Initiatives peripheral to the flow of work have an impact on the business that only manifests itself in the long term and, if it is certain, remains minor compared to the two others. It is more a question of improving the qualitative relationship between the person and the company, at work, to allow him to be part of the long-term without physical or mental breathlessness.
Initiatives on the flow of work have a strong business impact because they affect the very activity of production and value creation. We are therefore in a logic of operational excellence both from the point of view of the organization and the individuals. The objective is therefore exclusively business-oriented.
Initiatives addressing the flow of work context have only a relative impact on the business. Indeed it is a question of putting a potential at the service of the organization and the employee, a potential of skills, tools…. but this potential will only be exploited if the operations (the workflow) are designed to take advantage of it by transforming the potential into value. So it’s about creating a kind of infrastructure that makes things possible.
Lessons learned from collaboration initiatives
For the former readers of my blog, this will not be without reminding the debates we already had in the years 2005-2010 when we were talking about collaboration and more specifically about new forms and uses made possible by social web tools such as enterprise social networks.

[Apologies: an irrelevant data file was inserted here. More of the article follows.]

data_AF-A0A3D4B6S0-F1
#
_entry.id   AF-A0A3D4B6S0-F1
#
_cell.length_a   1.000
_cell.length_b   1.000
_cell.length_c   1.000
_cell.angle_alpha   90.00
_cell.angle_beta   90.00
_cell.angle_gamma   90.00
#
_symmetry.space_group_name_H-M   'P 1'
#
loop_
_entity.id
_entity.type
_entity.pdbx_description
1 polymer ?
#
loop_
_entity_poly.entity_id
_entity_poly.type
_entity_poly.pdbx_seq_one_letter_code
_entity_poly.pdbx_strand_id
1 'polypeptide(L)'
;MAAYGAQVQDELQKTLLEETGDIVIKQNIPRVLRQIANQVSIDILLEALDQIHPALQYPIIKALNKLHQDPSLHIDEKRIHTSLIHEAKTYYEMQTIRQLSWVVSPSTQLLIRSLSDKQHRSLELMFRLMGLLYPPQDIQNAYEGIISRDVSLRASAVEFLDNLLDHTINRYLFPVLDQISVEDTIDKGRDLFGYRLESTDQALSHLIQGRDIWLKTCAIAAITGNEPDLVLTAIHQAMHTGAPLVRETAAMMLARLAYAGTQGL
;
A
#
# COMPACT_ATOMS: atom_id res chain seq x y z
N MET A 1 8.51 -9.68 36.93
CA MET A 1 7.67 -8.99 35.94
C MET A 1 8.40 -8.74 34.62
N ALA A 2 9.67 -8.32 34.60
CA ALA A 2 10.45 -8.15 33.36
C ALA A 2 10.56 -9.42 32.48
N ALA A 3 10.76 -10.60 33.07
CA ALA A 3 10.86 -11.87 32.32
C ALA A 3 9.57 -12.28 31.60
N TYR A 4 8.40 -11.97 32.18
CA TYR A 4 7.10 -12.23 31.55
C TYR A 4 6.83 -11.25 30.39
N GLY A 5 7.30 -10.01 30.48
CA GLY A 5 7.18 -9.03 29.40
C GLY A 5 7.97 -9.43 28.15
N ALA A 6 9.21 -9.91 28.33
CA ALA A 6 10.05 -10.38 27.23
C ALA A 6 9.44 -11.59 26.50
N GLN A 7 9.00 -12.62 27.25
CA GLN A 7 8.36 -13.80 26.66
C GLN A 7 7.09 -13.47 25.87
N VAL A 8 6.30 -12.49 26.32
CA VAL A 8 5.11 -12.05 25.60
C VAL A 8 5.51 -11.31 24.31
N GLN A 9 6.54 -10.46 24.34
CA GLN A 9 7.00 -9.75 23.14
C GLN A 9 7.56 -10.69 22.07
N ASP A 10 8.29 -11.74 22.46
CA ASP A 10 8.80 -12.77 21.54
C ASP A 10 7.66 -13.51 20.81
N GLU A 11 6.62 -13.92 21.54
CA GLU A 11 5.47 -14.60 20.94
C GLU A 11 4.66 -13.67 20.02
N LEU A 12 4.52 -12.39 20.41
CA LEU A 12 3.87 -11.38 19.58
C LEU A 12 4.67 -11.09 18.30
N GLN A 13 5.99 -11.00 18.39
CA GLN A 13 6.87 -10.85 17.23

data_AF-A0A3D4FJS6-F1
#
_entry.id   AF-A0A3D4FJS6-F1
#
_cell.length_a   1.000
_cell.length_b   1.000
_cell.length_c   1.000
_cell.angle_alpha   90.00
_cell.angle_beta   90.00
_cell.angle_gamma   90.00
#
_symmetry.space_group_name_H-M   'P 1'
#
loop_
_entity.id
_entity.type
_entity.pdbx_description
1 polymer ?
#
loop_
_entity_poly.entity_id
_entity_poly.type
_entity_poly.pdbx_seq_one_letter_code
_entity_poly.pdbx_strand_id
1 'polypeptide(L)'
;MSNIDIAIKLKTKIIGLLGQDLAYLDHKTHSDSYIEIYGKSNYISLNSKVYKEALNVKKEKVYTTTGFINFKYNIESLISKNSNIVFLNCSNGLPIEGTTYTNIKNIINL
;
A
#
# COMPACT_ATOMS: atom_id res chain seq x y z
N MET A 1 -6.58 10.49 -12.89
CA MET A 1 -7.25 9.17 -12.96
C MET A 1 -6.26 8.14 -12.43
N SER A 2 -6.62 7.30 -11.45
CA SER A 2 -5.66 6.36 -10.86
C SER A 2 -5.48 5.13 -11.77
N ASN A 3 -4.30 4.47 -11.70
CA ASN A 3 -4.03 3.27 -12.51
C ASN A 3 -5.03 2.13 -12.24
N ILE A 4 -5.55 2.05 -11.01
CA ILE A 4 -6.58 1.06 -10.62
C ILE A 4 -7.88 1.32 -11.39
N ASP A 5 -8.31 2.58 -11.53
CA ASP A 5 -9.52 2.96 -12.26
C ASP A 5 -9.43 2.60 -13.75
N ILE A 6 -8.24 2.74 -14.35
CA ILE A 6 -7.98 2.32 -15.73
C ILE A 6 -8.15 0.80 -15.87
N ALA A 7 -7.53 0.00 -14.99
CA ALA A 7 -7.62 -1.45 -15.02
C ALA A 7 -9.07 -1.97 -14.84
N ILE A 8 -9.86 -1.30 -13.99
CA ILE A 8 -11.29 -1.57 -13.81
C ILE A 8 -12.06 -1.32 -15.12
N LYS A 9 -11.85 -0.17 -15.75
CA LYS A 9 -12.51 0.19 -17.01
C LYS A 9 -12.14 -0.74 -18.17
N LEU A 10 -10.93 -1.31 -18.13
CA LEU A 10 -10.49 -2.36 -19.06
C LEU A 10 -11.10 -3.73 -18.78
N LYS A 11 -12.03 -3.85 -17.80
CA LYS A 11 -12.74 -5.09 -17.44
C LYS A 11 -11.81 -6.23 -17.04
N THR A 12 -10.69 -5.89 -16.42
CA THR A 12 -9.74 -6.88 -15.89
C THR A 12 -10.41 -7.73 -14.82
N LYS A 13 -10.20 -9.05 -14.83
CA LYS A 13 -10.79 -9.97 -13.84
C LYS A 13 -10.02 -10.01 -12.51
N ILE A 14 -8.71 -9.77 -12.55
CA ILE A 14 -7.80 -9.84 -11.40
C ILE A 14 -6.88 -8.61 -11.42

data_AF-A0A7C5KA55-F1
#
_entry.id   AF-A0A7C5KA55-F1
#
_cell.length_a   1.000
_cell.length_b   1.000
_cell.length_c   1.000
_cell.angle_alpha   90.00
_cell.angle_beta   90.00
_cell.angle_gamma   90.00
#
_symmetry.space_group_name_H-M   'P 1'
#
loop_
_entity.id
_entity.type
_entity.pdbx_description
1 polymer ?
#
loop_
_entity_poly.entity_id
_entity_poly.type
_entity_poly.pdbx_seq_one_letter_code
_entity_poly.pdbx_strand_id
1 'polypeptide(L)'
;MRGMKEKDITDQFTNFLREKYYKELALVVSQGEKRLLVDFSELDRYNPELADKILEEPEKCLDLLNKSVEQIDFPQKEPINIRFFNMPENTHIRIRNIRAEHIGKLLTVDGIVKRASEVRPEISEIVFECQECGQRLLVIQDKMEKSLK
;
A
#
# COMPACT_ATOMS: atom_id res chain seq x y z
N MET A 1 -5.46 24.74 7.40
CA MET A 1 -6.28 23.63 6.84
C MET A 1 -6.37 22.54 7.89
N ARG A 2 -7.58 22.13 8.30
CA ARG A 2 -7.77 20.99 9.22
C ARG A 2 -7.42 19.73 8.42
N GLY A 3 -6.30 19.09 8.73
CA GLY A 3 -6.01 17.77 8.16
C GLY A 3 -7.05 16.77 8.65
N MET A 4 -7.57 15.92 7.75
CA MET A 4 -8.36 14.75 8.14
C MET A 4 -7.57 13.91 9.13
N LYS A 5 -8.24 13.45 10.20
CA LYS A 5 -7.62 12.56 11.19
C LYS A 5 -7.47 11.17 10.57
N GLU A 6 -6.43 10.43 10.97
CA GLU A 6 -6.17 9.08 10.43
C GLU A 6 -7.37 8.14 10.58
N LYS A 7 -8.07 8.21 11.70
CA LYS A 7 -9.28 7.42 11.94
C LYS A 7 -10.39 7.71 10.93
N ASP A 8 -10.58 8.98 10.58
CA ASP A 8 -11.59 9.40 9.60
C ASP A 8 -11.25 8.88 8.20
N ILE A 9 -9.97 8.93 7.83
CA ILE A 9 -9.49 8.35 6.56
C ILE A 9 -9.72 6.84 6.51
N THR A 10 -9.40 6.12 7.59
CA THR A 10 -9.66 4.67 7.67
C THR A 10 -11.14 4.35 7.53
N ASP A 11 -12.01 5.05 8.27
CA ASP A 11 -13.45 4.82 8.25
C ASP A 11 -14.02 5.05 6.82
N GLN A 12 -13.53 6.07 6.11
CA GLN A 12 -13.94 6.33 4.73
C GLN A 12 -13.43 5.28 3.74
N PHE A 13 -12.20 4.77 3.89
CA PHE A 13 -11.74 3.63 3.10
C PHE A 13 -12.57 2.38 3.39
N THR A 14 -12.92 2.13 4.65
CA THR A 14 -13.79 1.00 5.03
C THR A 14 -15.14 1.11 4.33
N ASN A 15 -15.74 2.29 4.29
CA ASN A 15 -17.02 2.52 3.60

A distinction was made between “in the flow” collaboration that took place within the company’s processes and “above the flow” collaboration, which was purely voluntary and informal, took place outside the flow of work even if it was intended to contribute to it.
Since we’ve been through the same situation before and we know why the problem is still unresolved, we can build on it to accelerate our learning curve in terms of employee experience.
1°) It’s not a question of business but of culture
Pick a person, give him the topic, the way he will position himself in relation to the three approaches will be the result of his culture and that of the company. You will see people who have a 100% human prism, those who are driven by the organization and the processes and those who are in between and want to move both forward together in a coherent way.